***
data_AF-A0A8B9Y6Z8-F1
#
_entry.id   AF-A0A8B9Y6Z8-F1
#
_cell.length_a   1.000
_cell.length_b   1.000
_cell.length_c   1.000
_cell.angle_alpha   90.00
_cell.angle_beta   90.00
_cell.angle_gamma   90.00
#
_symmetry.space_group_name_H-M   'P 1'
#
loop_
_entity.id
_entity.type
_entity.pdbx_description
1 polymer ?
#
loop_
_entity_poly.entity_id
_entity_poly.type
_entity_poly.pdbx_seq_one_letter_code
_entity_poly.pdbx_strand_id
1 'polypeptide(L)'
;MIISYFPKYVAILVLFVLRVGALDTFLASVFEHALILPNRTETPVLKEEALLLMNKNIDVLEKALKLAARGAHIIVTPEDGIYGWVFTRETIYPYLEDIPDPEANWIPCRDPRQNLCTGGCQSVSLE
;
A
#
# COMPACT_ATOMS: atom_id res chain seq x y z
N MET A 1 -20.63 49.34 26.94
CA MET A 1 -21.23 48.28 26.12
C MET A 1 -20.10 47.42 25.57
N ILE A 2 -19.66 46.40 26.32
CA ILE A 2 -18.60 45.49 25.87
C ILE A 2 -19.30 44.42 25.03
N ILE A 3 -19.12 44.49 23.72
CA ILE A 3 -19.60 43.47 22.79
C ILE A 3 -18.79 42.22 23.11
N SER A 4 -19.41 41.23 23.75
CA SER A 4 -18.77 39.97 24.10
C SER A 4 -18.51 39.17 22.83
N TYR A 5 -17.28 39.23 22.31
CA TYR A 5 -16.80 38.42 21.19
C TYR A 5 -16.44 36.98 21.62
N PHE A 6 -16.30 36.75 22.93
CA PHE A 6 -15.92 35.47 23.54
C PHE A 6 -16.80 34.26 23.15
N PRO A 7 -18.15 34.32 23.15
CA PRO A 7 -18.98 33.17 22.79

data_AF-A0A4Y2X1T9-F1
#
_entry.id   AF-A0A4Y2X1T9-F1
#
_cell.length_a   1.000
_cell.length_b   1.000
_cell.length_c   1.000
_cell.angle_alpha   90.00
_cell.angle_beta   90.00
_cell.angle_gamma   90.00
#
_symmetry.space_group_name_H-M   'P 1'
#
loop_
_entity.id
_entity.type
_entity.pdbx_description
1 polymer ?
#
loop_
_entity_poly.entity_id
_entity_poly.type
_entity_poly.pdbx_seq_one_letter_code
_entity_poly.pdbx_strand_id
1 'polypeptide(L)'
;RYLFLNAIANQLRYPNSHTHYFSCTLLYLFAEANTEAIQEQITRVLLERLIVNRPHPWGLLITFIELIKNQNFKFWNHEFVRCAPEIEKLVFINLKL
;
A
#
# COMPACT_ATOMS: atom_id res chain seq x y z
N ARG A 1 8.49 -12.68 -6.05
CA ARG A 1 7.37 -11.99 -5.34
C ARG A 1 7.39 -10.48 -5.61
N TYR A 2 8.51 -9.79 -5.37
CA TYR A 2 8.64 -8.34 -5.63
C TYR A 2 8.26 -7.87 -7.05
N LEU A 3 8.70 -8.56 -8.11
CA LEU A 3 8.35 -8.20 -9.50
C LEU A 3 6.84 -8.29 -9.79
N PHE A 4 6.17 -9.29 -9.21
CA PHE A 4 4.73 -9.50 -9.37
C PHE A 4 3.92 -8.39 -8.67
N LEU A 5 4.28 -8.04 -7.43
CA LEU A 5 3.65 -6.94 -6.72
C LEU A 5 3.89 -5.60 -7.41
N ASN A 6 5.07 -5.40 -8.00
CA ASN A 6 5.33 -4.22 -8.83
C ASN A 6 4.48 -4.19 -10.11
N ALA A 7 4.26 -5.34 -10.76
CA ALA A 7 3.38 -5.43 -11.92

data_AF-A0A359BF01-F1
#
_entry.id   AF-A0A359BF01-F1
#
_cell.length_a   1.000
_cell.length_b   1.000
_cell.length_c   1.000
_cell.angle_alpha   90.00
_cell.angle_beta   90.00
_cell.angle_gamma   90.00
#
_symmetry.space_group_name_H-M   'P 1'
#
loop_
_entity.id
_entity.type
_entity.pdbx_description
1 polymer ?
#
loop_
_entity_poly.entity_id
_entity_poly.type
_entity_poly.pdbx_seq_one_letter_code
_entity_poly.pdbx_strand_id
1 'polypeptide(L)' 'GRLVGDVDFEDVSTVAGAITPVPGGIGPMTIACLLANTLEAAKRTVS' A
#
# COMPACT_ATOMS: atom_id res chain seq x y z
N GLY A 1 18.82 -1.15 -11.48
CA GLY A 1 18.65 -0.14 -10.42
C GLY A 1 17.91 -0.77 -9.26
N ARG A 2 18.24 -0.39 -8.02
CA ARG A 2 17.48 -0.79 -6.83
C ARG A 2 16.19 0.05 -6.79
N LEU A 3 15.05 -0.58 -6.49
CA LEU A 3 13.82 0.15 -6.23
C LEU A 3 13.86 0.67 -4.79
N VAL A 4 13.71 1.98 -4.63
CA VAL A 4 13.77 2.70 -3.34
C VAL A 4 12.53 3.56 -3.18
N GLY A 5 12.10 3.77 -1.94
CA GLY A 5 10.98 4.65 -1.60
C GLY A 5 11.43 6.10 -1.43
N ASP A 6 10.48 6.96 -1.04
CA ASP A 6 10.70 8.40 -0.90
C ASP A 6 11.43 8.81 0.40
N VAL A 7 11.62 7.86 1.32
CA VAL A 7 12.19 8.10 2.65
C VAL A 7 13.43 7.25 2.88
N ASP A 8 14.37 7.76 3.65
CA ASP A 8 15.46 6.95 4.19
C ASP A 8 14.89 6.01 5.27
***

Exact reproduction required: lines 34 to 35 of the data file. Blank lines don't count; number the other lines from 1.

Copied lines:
N ILE A 2 -19.66 46.40 26.32
CA ILE A 2 -18.60 45.49 25.87